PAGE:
• JoV says:

    Use to have one of those sewing machine in my parent’s home! I was drawn to the sewing machine rather than the book! Nice to have you back. 😉

    • Michelle says:

      Don’t you just love those old-fashioned sewing machines? I grew up watching my grandmother using one of those. =)

  • mee says:

    LOL my eyes went straight to the sewing machine too! It’s like one of those machines my dad has. That sounds like an awesome collection. I can see Poe and Chekhov names there. Which stories of theirs are there? I have Poe collection at home and I’ve been meaning to read him forever.

    • Michelle says:

      It does seem like a great collection. I’ve yet to read the others yet, but I’m definitely planning to read from this collection for the next couple of [SS] posts that I do.

  • Bellezza says:

    I find Japanese short stories to be very interesting, although I’ve only read a few of Haruki Murakami’s and the others were from ghost story books. One is called Realm of the Dead, and the other was Tales of Moonlight and Rain; both of them depicted stories so eerily, and so vividly, that I still remember them four years later!

    The two you describe here sound fascinating (I like how you rated them, too!); I need to remember this genre in my reading because I seem to read only novels. Thanks for reminding us, and steering us in fresh directions!

    • Michelle says:

      I think I don’t read nearly enough Japanese short stories too! It was just such a coincidence that I found this collection at my aunt’s house, and I was really excited to see that there were a couple from Japan.

  • Suko says:

    The Pier sounds absolutely fascinating to me, like a sketch. Terrific review.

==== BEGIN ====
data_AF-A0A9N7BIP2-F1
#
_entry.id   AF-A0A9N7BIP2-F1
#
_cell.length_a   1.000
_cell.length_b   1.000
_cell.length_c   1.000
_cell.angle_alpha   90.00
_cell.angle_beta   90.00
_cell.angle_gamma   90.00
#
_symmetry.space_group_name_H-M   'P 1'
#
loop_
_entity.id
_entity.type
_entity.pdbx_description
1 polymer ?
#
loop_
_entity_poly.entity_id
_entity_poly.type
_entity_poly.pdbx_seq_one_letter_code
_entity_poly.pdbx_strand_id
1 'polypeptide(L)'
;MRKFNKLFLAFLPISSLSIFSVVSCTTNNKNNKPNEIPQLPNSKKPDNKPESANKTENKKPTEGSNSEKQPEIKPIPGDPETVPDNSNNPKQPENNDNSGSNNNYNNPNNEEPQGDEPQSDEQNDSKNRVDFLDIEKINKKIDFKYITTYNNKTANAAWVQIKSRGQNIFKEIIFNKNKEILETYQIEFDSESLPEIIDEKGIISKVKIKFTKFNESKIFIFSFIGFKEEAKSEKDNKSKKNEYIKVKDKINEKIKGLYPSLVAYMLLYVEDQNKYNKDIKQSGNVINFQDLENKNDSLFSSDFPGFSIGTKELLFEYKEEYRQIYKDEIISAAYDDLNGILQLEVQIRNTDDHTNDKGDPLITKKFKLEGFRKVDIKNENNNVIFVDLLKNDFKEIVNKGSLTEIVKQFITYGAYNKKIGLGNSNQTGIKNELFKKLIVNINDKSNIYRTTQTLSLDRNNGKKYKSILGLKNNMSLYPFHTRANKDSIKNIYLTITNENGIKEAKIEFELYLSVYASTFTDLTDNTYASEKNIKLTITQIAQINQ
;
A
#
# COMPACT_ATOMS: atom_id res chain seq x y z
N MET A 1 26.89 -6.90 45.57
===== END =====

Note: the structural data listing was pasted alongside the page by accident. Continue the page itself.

• Novroz says:

    I really want to read 47 ronins, especially because it will be made into movie soon.

    You should try reading the square persimmon by takashi atoda…I love his short stories

    • Michelle says:

      It will be made into a movie? Really? That sounds interesting. Must keep an eye out for it then.

      Thanks for the suggestion. I don’t think I’ve heard of Atoda before… Hmm..

  • chasing bawa says:

    The 47 Ronin is such a famous story – they always do a period drama every year or so on Japanese TV because it’s so dramatic – you practically grow up with it if you live in Japan. I haven’t read any Mori Ogai yet but I’ve got a copy of Modern Japanese Stories edited by Ivan Morris ,which I’ve just remembered I’d kept safely somewhere and need to dig up, in which I think Mori features, perfect for JLC4. Great Short Stories of the World sounds like a wonderful anthology!

    • Michelle says:

      Ah. It takes someone who knows a little more about Japan to be able to tell us that 47 Ronin is a famous story. I didn’t know that! But now that you mention it, it does sound like something that would be well-known in Japan. The same way some stories are so well-known in China.